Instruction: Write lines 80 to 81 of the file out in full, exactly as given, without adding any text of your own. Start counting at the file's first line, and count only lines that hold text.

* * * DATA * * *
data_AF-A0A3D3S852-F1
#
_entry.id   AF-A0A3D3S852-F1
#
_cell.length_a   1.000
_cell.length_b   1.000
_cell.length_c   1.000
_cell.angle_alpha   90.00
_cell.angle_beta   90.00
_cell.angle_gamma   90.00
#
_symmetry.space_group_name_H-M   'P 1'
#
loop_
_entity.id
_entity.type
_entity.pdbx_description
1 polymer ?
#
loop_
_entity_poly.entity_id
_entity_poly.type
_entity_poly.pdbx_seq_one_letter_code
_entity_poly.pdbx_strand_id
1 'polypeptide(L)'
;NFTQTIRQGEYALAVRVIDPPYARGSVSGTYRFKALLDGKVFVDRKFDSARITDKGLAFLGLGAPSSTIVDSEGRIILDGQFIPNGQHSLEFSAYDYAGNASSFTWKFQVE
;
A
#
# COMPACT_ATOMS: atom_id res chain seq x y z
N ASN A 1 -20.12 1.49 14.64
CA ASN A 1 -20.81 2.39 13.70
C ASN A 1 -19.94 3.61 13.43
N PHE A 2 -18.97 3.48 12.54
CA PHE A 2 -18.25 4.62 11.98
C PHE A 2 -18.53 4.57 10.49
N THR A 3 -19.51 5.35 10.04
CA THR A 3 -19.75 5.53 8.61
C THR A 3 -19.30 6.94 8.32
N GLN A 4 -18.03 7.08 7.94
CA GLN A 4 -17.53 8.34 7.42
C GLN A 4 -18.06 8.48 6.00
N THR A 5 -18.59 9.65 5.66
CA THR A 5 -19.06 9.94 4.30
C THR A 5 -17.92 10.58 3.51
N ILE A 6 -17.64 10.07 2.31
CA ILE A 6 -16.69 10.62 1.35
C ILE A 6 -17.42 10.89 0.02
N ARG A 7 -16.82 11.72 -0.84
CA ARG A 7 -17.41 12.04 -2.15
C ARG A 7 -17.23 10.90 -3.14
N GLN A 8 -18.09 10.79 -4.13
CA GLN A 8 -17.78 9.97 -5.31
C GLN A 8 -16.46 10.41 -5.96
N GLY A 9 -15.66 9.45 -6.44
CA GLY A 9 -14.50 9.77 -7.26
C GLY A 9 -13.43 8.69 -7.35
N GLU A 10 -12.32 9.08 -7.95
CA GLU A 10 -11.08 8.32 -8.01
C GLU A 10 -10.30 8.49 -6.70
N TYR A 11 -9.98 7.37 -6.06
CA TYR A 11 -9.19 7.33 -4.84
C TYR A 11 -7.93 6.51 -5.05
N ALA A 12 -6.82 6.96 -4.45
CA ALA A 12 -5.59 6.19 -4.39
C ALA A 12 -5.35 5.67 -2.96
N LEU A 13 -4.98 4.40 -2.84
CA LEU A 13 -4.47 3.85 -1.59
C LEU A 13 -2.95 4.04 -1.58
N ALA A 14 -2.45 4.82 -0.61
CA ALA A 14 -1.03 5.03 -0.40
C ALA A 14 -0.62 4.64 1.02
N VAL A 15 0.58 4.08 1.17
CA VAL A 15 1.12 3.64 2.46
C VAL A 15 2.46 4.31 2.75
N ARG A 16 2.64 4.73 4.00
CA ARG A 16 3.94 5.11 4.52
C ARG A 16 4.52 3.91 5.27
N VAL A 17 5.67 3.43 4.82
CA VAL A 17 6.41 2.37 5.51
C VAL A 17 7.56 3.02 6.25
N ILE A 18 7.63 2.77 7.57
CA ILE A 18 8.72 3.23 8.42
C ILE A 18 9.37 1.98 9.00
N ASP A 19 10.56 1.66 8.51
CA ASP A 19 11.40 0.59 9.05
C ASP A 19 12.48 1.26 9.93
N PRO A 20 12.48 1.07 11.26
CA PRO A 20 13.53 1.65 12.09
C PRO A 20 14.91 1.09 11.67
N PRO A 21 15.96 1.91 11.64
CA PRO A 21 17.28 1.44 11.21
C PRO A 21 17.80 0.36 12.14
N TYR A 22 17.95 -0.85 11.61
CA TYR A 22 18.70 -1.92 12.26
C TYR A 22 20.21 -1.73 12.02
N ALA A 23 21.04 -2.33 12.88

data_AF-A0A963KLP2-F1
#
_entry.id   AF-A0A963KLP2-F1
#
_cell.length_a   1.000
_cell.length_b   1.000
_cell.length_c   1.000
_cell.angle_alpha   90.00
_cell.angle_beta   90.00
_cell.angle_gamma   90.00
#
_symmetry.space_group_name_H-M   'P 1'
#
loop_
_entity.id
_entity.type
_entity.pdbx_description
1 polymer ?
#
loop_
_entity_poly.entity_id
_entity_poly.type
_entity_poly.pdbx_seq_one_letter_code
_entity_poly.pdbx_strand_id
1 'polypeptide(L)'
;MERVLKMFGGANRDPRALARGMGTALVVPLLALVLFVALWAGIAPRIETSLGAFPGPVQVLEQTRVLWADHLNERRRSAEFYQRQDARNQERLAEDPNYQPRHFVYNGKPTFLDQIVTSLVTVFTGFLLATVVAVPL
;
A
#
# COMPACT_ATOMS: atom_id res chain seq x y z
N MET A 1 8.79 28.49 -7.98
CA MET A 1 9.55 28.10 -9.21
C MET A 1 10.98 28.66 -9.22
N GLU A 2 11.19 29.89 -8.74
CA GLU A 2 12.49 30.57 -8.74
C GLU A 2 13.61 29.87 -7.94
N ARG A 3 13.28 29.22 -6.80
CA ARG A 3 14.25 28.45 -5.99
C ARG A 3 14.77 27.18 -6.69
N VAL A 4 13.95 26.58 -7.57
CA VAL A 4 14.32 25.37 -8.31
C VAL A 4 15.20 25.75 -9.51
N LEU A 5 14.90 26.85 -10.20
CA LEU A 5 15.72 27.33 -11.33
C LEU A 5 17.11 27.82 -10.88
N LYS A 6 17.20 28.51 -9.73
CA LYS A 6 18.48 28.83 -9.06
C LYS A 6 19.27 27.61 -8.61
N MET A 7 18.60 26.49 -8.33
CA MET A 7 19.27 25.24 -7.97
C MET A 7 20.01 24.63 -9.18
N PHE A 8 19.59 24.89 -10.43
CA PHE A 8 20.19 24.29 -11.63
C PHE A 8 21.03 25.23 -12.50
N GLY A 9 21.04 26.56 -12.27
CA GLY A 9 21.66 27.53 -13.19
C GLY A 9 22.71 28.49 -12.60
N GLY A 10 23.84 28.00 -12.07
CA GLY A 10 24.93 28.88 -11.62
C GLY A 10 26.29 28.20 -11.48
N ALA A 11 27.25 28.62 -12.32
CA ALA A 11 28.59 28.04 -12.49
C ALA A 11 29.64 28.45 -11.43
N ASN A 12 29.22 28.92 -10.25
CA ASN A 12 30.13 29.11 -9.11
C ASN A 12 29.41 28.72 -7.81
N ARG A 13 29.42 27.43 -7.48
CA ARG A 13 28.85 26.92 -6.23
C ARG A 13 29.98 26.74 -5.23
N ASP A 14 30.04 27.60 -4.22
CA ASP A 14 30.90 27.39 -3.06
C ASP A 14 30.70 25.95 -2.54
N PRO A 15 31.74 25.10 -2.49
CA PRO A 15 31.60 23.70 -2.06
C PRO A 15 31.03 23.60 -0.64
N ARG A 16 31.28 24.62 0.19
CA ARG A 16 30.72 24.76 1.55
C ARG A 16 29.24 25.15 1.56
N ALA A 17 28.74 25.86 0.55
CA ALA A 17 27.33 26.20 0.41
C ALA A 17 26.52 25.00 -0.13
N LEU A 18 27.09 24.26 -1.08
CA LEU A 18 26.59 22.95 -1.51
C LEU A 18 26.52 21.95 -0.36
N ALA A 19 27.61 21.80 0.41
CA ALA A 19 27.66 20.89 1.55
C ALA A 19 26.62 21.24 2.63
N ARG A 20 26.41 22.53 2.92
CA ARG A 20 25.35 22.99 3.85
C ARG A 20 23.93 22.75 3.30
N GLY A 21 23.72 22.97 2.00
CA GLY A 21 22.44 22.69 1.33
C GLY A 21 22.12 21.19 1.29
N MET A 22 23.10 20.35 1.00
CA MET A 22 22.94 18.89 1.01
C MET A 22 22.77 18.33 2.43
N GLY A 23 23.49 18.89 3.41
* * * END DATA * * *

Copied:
CA VAL A 17 6.41 2.37 5.51
C VAL A 17 7.56 3.02 6.25